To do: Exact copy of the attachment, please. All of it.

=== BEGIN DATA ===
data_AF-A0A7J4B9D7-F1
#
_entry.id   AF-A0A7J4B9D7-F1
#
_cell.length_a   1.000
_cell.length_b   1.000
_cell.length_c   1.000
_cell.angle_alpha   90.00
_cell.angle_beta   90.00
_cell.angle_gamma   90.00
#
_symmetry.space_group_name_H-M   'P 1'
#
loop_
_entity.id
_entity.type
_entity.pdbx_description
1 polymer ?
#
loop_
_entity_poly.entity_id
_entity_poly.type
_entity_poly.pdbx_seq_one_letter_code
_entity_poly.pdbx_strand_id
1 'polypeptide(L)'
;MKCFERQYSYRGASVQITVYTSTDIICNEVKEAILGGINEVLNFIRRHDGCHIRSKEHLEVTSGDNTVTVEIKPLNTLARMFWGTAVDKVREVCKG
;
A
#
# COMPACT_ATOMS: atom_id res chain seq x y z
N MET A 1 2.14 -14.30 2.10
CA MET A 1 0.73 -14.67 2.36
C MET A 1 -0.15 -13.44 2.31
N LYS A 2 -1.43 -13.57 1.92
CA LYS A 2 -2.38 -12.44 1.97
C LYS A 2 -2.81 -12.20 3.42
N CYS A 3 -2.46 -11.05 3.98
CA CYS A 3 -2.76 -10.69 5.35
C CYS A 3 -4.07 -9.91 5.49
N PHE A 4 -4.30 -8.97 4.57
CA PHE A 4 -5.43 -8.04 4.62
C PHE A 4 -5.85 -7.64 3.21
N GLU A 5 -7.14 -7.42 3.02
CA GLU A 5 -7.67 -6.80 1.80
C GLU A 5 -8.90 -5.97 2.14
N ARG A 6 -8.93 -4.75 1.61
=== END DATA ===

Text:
data_AF-A0A7J4B9D7-F1
#
_entry.id   AF-A0A7J4B9D7-F1
#
_cell.length_a   1.000
_cell.length_b   1.000
_cell.length_c   1.000
_cell.angle_alpha   90.00
_cell.angle_beta   90.00
_cell.angle_gamma   90.00
#
_symmetry.space_group_name_H-M   'P 1'
#
loop_
_entity.id
_entity.type
_entity.pdbx_description
1 polymer ?
#
loop_
_entity_poly.entity_id
_entity_poly.type
_entity_poly.pdbx_seq_one_letter_code
_entity_poly.pdbx_strand_id
1 'polypeptide(L)'
;MKCFERQYSYRGASVQITVYTSTDIICNEVKEAILGGINEVLNFIRRHDGCHIRSKEHLEVTSGDNTVTVEIKPLNTLARMFWGTAVDKVREVCKG
;
A
#
# COMPACT_ATOMS: atom_id res chain seq x y z
N MET A 1 2.14 -14.30 2.10
CA MET A 1 0.73 -14.67 2.36
C MET A 1 -0.15 -13.44 2.31
N LYS A 2 -1.43 -13.57 1.92
CA LYS A 2 -2.38 -12.44 1.97
C LYS A 2 -2.81 -12.20 3.42
N CYS A 3 -2.46 -11.05 3.98
CA CYS A 3 -2.76 -10.69 5.35
C CYS A 3 -4.07 -9.91 5.49
N PHE A 4 -4.30 -8.97 4.57
CA PHE A 4 -5.43 -8.04 4.62
C PHE A 4 -5.85 -7.64 3.21
N GLU A 5 -7.14 -7.42 3.02
CA GLU A 5 -7.67 -6.80 1.80
C GLU A 5 -8.90 -5.97 2.14
N ARG A 6 -8.93 -4.75 1.61